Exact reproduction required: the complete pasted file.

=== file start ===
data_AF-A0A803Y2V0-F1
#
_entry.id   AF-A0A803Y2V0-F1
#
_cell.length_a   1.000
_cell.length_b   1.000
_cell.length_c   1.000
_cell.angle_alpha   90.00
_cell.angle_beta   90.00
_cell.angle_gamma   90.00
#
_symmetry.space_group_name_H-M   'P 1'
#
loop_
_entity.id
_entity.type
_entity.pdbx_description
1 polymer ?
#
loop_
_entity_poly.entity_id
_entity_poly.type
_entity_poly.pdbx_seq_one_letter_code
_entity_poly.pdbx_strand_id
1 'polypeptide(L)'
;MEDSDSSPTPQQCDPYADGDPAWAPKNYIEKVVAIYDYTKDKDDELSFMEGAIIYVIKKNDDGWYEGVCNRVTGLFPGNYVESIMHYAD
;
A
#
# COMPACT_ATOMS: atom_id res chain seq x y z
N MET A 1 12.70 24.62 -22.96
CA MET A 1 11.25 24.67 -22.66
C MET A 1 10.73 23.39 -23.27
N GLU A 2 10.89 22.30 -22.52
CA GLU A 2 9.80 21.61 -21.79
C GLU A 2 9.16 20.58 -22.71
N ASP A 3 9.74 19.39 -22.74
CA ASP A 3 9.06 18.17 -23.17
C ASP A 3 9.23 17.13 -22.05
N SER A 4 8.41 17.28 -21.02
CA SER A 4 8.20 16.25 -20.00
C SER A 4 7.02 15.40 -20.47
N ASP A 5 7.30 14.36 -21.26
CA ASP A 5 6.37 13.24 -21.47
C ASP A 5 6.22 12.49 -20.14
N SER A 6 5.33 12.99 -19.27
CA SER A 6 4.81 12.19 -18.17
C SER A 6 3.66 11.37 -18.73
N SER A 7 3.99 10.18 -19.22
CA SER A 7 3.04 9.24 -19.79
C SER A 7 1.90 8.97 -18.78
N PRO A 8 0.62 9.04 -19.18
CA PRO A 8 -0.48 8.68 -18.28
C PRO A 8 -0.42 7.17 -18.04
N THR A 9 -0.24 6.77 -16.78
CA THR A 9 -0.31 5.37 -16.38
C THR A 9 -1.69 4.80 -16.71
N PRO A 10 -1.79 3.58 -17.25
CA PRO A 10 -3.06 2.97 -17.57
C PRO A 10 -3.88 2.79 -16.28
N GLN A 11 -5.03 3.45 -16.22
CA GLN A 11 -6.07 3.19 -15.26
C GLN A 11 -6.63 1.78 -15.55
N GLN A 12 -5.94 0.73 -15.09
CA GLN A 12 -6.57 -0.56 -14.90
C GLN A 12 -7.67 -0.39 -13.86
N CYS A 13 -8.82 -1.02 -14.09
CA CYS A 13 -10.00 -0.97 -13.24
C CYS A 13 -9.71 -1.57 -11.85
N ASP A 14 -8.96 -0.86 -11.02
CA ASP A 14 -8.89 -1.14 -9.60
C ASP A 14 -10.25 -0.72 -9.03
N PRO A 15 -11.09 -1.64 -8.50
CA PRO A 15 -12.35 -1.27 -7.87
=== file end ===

data_AF-A0A803Y2V0-F1
#
_entry.id   AF-A0A803Y2V0-F1
#
_cell.length_a   1.000
_cell.length_b   1.000
_cell.length_c   1.000
_cell.angle_alpha   90.00
_cell.angle_beta   90.00
_cell.angle_gamma   90.00
#
_symmetry.space_group_name_H-M   'P 1'
#
loop_
_entity.id
_entity.type
_entity.pdbx_description
1 polymer ?
#
loop_
_entity_poly.entity_id
_entity_poly.type
_entity_poly.pdbx_seq_one_letter_code
_entity_poly.pdbx_strand_id
1 'polypeptide(L)'
;MEDSDSSPTPQQCDPYADGDPAWAPKNYIEKVVAIYDYTKDKDDELSFMEGAIIYVIKKNDDGWYEGVCNRVTGLFPGNYVESIMHYAD
;
A
#
# COMPACT_ATOMS: atom_id res chain seq x y z
N MET A 1 12.70 24.62 -22.96
CA MET A 1 11.25 24.67 -22.66
C MET A 1 10.73 23.39 -23.27
N GLU A 2 10.89 22.30 -22.52
CA GLU A 2 9.80 21.61 -21.79
C GLU A 2 9.16 20.58 -22.71
N ASP A 3 9.74 19.39 -22.74
CA ASP A 3 9.06 18.17 -23.17
C ASP A 3 9.23 17.13 -22.05
N SER A 4 8.41 17.28 -21.02
CA SER A 4 8.20 16.25 -20.00
C SER A 4 7.02 15.40 -20.47
N ASP A 5 7.30 14.36 -21.26
CA ASP A 5 6.37 13.24 -21.47
C ASP A 5 6.22 12.49 -20.14
N SER A 6 5.33 12.99 -19.27
CA SER A 6 4.81 12.19 -18.17
C SER A 6 3.66 11.37 -18.73
N SER A 7 3.99 10.18 -19.22
CA SER A 7 3.04 9.24 -19.79
C SER A 7 1.90 8.97 -18.78
N PRO A 8 0.62 9.04 -19.18
CA PRO A 8 -0.48 8.68 -18.28
C PRO A 8 -0.42 7.17 -18.04
N THR A 9 -0.24 6.77 -16.78
CA THR A 9 -0.31 5.37 -16.38
C THR A 9 -1.69 4.80 -16.71
N PRO A 10 -1.79 3.58 -17.25
CA PRO A 10 -3.06 2.97 -17.57
C PRO A 10 -3.88 2.79 -16.28
N GLN A 11 -5.03 3.45 -16.22
CA GLN A 11 -6.07 3.19 -15.26
C GLN A 11 -6.63 1.78 -15.55
N GLN A 12 -5.94 0.73 -15.09
CA GLN A 12 -6.57 -0.56 -14.90
C GLN A 12 -7.67 -0.39 -13.86
N CYS A 13 -8.82 -1.02 -14.09
CA CYS A 13 -10.00 -0.97 -13.24
C CYS A 13 -9.71 -1.57 -11.85
N ASP A 14 -8.96 -0.86 -11.02
CA ASP A 14 -8.89 -1.14 -9.60
C ASP A 14 -10.25 -0.72 -9.03
N PRO A 15 -11.09 -1.64 -8.50
CA PRO A 15 -12.35 -1.27 -7.87